A lung abscess is a localized necrotic lesion of the lung parenchyma containing purulent material that collapses to form a hollow cavity. It is generally caused by aspirating anaerobic microorganisms that are bacterial in nature. In lung abscess, diagnosis can fully confirm by a chest x-ray which would generally reveal a cavity of at least 2 cm deep.
Patients with a diagnosed lung abscess are known to have impaired cough reflexes who cannot close their glottis. Moreover, individuals who have difficulties in swallowing are at an even higher risk for aspiration of foreign material and development of lung abscess. Other high risk individuals include those with central nervous system disorders such as those suffering from stroke and seizures, drug addiction, severe alcoholism, esophageal disease or compromised immune function; patients without teeth and those under nasogastric intubation feeding as well as patients with an altered state of consciousness due to the effects of anesthetic agents.
Pathophsiology of lung abscess
A lung abscess is primarily a complication of bacterial pneumonia caused by the aspiration of exudates into the lung. Abscesses may also occur secondary to functional or mechanical obstruction of the bronchi which can either be a foreign object, tumor growth, necrotizing pneumonia, bronchial stenosis (narrowing of the bronchioles), pulmonary embolism, pulmonary tuberculosis and chest trauma. Most lung abscesses are found in areas of the lungs that may be affected by aspiration.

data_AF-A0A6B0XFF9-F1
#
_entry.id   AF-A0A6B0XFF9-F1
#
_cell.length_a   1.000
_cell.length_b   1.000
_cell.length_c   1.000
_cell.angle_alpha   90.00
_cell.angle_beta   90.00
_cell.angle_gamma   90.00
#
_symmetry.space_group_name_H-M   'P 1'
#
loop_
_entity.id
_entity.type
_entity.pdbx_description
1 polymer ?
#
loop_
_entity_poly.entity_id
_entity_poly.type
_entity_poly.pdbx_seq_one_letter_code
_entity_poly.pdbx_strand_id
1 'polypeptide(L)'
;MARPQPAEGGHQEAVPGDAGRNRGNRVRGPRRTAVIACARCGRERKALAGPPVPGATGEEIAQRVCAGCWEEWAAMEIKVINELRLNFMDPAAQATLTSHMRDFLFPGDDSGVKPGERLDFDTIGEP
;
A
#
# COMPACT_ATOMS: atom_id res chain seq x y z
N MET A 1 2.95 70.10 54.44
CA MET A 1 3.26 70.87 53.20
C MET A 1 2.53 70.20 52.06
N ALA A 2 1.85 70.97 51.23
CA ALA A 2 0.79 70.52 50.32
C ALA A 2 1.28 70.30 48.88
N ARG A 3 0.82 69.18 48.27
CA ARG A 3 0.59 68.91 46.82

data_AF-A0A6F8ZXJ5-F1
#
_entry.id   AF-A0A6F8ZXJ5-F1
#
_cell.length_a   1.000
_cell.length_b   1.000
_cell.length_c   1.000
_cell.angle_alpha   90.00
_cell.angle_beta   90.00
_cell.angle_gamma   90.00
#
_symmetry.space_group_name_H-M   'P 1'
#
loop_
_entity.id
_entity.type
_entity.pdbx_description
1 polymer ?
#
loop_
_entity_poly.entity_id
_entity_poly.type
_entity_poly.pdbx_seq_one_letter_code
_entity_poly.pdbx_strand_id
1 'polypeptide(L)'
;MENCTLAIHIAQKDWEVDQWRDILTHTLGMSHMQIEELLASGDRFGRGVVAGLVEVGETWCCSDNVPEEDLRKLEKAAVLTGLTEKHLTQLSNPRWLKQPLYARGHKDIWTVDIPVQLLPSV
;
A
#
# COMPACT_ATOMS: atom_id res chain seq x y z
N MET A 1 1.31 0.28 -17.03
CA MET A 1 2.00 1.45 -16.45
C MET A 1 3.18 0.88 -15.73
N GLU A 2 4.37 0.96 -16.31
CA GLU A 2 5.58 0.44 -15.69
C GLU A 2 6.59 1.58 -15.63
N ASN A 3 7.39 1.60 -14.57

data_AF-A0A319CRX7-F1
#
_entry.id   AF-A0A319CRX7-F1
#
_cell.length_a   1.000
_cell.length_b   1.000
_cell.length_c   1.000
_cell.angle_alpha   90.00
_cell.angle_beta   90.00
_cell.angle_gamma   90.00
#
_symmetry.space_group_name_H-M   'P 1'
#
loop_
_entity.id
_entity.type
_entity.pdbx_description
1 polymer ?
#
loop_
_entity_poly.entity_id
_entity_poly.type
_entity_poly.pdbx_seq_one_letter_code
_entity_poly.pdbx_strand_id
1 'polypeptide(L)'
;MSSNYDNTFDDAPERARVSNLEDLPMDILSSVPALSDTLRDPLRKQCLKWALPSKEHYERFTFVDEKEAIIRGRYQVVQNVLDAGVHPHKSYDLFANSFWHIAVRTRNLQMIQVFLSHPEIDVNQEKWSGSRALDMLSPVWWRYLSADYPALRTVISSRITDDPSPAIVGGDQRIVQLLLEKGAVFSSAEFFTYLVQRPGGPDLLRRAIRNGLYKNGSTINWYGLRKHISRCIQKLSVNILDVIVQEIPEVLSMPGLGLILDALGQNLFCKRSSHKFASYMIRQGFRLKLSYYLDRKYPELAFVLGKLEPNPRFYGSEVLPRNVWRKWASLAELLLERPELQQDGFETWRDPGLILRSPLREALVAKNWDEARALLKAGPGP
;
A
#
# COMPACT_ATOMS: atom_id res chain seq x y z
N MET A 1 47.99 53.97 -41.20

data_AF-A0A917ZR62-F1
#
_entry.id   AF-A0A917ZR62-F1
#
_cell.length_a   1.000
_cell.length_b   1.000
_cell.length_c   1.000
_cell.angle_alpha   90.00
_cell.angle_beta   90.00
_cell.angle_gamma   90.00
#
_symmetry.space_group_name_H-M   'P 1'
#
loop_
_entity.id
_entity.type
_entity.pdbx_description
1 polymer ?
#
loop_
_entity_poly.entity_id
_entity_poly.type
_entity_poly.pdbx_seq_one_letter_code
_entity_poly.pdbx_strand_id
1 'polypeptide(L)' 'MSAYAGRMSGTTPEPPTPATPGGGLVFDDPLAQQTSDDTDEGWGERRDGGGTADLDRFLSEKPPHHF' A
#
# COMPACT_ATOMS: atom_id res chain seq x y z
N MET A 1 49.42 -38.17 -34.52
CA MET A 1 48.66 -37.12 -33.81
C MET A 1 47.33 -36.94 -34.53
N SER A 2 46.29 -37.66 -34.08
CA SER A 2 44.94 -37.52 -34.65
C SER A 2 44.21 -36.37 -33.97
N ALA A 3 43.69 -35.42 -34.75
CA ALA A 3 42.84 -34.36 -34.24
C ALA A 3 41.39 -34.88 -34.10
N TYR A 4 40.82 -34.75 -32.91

The site of the lung abscess is primarily related to gravity and is determined by position. For patients who are confined to bed, the posterior segment of the upper lobe and the lower lobe are the most common areas of abscess formation. Initially, the cavity of the lung may or may not extend into the bronchus which eventually can lead to the abscess surrounding the walls of fibrous walls of the parenchyma which the necrotic process can extend until it reaches the lumen of the bronchioles and the pleural space.
Clinical manifestations of lung abscess
The clinical manifestations of a lung abscess may vary from a mild productive cough to acute illness. Most patients experience fever and productive cough with moderate to copious amounts of foul smelling and sometimes bloody sputum and secretions. The fever and cough may develop for several days to weeks before diagnosis can be fully confirmed. Leukocytosis may also be present which is indicative that there is an active inflammatory response. Pleurisy or dull chest pain upon inhalation and exhalation may be evident along with weakness, anorexia and weight loss are also commonly seen in individuals with this condition.
Medical management of lung abscess
The findings of the history, physical examination, chest x-ray and sputum
culture generally will indicate the type of organism that causes the infection as well as the appropriate treatment required. Adequate drainage of the lung abscess may be achieved by chest physiotherapy, postural drainage as well as frequent deep breathing and coughing exercises to promote sputum expectoration and volume capacity for better gas exchange. A diet high in protein and calories is essential during the course of treatment to increase immunity and since chronic infection is associated with a catabolic state necessitating increase intake of caloric protein to facilitate healing and hasten recover time from infection brought about by lung abscess.